This is another topic I've pulled from one of my Linked In Groups
The epublishabook website posted an excellent blog about the best lengh for an e-book. On one section, they broke the types of writing down by word count. I thought it was brilliant.
Fortunately, MS Word and most other word processing software packages give you the word count automatically. Despite the proliferation of e-publishing, I'm personally tied to page length. I can wrap my head around that number a little better. Here's how you might do a conversion.
When I'm working on a story, I typically double space with at least a twelve point font (Times New Roman).
The novel I e-published with my wife weighs in just under 58,000 words and using those settings it covers about 230 pages. (It was quite a bit longer, but I cut about a hundred pages of text that didn't advance the plot. It was grueling throwing it all out -- but it made it a much better book.)
So, that's about two hundred and fifty words a page.
Using that same coversion, the page counts come out something like this:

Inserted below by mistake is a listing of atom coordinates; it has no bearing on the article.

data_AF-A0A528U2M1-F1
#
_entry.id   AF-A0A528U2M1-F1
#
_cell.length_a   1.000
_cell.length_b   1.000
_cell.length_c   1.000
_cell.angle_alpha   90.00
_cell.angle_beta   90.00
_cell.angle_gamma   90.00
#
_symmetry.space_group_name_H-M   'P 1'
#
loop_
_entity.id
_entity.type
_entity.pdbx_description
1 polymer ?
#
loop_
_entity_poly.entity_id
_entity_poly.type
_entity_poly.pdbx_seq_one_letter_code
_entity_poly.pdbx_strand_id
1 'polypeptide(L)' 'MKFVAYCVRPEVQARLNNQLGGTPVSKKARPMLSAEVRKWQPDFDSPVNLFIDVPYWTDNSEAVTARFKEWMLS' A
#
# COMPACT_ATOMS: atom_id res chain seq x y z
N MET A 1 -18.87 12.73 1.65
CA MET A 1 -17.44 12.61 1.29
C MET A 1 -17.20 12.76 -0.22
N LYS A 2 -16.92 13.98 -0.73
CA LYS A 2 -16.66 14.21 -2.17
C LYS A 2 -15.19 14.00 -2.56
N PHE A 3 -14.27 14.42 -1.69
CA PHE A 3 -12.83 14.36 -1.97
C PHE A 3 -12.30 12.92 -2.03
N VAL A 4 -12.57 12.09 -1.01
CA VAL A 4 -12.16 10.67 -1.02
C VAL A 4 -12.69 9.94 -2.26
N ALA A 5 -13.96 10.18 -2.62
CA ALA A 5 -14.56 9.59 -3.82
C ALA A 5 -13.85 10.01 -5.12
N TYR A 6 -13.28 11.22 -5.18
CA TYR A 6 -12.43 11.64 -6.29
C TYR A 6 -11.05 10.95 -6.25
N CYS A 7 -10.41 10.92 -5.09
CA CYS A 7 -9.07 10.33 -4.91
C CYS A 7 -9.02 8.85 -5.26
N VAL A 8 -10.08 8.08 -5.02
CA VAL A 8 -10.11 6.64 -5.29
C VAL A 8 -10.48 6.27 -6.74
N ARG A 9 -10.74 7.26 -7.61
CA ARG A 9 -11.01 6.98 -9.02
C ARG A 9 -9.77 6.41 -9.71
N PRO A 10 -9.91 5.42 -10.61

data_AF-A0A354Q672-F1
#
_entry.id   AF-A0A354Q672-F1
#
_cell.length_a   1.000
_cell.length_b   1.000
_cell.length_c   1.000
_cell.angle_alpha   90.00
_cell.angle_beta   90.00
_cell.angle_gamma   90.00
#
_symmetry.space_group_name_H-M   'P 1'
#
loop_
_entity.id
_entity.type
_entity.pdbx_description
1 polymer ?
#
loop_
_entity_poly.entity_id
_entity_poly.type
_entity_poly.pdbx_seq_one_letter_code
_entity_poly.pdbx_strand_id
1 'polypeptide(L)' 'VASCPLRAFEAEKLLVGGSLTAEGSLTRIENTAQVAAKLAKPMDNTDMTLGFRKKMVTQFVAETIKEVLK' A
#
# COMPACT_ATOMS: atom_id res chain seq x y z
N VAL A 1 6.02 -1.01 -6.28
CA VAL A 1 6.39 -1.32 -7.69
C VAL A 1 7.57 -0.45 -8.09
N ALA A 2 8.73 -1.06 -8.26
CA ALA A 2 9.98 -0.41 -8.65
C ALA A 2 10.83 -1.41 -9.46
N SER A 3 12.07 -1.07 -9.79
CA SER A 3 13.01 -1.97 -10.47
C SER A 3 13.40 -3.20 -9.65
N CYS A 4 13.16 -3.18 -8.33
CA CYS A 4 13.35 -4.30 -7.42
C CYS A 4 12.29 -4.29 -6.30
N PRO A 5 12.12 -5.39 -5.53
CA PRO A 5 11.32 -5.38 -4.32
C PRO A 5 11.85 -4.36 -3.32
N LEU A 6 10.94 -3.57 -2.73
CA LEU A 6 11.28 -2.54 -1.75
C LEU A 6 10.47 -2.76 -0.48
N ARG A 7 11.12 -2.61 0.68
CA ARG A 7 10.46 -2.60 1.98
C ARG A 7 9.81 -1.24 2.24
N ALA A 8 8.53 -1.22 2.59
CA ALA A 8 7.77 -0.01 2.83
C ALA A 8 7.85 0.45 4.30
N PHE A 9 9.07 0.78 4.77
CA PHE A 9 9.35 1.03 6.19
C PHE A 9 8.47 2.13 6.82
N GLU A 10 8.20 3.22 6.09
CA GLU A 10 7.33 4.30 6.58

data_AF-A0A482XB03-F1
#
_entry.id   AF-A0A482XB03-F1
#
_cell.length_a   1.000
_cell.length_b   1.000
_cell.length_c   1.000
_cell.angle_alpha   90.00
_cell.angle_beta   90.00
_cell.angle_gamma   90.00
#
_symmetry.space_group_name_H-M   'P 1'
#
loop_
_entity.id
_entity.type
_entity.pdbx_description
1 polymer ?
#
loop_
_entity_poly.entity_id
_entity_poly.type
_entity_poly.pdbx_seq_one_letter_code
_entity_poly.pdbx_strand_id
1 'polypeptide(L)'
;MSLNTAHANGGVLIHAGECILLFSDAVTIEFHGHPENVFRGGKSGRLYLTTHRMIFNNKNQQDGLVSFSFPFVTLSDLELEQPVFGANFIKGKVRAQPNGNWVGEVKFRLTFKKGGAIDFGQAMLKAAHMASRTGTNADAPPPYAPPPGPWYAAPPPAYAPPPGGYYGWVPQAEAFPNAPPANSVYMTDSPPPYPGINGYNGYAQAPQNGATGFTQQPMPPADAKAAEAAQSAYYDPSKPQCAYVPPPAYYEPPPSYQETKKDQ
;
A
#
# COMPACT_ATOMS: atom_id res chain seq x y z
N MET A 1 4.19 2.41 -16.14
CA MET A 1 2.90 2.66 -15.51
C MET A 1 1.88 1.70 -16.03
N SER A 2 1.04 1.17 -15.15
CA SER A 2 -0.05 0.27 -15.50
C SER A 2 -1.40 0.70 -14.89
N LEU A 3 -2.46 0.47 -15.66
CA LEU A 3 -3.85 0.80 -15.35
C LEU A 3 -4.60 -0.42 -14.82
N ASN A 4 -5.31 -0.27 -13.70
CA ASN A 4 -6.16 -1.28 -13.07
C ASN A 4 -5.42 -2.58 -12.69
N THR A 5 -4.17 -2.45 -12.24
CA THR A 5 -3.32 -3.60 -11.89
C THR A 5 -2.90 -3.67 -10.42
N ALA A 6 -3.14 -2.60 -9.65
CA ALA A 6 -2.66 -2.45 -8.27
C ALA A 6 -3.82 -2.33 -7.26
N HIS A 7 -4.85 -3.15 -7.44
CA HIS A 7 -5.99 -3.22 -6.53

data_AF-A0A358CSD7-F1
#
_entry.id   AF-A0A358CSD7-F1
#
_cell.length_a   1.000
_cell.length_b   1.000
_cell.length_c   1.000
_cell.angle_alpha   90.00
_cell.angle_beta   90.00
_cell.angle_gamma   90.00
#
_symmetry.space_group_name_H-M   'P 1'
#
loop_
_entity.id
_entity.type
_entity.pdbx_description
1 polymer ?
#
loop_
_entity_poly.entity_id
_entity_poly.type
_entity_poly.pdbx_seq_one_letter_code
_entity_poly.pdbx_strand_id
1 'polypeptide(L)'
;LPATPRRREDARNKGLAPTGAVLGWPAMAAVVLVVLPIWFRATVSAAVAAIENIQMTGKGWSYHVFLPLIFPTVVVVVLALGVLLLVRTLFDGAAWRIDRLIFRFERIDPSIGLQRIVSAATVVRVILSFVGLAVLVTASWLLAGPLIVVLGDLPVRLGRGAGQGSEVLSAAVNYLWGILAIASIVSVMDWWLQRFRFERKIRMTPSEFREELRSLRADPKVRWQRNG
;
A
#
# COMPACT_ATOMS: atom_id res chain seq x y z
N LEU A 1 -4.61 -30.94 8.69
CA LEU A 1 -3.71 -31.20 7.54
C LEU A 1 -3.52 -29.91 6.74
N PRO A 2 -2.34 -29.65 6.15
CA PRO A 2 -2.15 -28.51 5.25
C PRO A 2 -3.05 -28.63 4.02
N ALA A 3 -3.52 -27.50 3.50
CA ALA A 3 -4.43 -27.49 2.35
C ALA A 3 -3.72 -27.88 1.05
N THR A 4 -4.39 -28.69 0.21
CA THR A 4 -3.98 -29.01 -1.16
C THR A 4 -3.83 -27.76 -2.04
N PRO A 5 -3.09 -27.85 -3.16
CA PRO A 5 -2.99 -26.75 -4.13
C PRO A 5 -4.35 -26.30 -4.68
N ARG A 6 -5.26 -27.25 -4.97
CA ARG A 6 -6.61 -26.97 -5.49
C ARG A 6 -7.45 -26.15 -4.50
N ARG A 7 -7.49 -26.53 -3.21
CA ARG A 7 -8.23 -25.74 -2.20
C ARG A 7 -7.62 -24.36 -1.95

Vignett: Under 10 Pages
Short Short story: Under 20
Short story: Under 40 pages
Novelette: 30 - 100 pages
Novella: 80 - 200 pages
Novel: 200 - 480 pages
Optimal E-book: 240 - 320 pages
Epic: 440 + pages (Can you say Trilogy?)
Excessive (?): 480 + Pages
(Adapted from Digital Books and Book Length.)
This is helpful to me. My current project is currently weighing in around 100 pages and I know not to call it a "Novel", per se.
So, how long should your e-published work be? Your length should only be as long as the story demands. If you, like Hemmingway, can tell a compelling story with six words, don't use seven.
If your compelling story takes 120,000 words (480 pages!) to unfold, don't stop writing because of a word count. If your readers have stuck with you for the first 100,00 words, they must be liking what you're doing. JK Rowling wrote long books because her fans simply couldn't get enough of Harry Potter. Keep writing until you give your readers the satisfying resolution (or lack thereof...) they deserve.
I think the main situation where word length comes into play in an e-publishing environment is price. As a consumer, I would expect there to be a link between word count and pricing. So, shorter books should cost less -- unless they are fabulous.
Best of luck to all of you!